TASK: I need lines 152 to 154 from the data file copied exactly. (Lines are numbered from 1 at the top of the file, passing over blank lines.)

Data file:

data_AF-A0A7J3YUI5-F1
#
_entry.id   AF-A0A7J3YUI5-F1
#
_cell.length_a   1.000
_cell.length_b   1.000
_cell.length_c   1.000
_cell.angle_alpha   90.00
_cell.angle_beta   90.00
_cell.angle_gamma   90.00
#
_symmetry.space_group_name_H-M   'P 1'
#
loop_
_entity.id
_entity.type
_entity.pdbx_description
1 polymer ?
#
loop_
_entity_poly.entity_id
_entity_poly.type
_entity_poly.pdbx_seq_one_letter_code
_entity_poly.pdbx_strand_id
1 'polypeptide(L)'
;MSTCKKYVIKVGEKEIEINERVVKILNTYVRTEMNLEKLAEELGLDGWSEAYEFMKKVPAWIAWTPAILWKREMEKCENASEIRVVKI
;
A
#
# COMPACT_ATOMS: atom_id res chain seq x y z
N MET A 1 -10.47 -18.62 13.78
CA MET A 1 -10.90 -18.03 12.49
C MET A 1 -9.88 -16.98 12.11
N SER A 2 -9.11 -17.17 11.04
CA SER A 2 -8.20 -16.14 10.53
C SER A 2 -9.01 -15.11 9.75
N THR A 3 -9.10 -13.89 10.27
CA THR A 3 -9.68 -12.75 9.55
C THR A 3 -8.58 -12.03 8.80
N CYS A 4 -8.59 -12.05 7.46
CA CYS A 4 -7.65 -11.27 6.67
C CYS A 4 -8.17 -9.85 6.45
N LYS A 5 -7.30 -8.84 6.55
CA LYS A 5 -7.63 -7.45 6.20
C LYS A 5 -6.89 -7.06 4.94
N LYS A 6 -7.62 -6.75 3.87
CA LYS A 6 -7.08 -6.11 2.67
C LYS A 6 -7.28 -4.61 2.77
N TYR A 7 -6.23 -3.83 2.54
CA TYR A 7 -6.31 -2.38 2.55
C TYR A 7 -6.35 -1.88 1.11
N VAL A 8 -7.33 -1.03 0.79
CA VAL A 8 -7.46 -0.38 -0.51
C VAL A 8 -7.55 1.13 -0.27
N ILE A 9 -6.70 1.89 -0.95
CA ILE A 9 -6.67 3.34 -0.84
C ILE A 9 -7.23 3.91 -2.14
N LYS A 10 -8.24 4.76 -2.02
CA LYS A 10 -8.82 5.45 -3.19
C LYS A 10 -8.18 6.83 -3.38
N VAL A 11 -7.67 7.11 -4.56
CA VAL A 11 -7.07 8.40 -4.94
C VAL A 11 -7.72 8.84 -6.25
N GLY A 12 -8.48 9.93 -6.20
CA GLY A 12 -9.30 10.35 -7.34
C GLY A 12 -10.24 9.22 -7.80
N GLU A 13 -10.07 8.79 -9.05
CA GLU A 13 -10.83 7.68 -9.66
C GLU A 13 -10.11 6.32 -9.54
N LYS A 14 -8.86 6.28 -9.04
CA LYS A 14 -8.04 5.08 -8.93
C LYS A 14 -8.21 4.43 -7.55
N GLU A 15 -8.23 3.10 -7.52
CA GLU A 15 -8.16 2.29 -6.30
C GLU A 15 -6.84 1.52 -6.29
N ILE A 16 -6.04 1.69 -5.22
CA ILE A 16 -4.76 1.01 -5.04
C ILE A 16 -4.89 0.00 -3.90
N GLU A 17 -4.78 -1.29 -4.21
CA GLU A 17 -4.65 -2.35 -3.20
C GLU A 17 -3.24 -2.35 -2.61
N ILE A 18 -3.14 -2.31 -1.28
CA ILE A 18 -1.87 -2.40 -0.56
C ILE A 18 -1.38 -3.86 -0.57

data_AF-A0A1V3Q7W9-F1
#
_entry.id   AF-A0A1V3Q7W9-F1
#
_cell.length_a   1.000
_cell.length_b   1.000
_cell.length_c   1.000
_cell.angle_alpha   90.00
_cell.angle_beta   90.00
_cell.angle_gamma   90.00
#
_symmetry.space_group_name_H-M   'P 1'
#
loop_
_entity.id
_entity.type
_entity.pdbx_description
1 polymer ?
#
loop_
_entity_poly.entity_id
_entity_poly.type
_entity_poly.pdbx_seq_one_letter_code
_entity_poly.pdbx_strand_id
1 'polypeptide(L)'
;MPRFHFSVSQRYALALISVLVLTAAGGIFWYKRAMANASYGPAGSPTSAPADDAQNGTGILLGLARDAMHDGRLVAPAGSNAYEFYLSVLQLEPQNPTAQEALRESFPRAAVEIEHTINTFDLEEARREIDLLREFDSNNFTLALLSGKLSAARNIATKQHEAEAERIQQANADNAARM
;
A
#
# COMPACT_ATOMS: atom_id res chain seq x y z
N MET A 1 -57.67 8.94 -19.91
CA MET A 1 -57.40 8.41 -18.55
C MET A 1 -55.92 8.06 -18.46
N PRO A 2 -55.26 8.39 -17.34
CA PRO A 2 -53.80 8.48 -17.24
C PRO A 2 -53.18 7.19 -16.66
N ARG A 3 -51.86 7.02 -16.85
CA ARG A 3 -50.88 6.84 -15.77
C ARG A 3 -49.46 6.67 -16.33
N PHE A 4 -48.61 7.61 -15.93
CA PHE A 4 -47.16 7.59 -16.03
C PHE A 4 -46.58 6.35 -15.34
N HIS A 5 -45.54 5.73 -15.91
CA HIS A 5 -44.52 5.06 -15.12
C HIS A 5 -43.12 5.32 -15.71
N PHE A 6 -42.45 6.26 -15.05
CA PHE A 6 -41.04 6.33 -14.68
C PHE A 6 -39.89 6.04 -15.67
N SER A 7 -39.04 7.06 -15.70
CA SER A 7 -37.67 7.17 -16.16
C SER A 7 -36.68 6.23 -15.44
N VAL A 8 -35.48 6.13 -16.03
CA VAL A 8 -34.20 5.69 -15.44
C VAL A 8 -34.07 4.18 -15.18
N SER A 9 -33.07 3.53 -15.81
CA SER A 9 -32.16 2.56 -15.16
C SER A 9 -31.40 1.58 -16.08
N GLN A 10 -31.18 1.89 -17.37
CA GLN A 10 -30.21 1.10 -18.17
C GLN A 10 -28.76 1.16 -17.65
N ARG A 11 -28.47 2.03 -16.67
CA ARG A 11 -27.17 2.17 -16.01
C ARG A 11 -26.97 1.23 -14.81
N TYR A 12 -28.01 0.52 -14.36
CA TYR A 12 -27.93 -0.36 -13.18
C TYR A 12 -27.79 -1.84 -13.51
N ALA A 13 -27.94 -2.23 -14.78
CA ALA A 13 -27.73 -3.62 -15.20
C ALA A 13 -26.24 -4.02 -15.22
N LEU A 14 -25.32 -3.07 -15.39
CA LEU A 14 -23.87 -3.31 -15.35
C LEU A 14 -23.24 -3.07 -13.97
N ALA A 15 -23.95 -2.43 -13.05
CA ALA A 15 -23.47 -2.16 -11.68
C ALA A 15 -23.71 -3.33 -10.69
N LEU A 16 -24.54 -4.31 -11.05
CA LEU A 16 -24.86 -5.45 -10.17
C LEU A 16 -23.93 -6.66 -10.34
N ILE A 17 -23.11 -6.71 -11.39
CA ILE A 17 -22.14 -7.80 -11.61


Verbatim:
CA ALA A 13 -27.73 -3.62 -15.20
C ALA A 13 -26.24 -4.02 -15.22
N LEU A 14 -25.32 -3.07 -15.39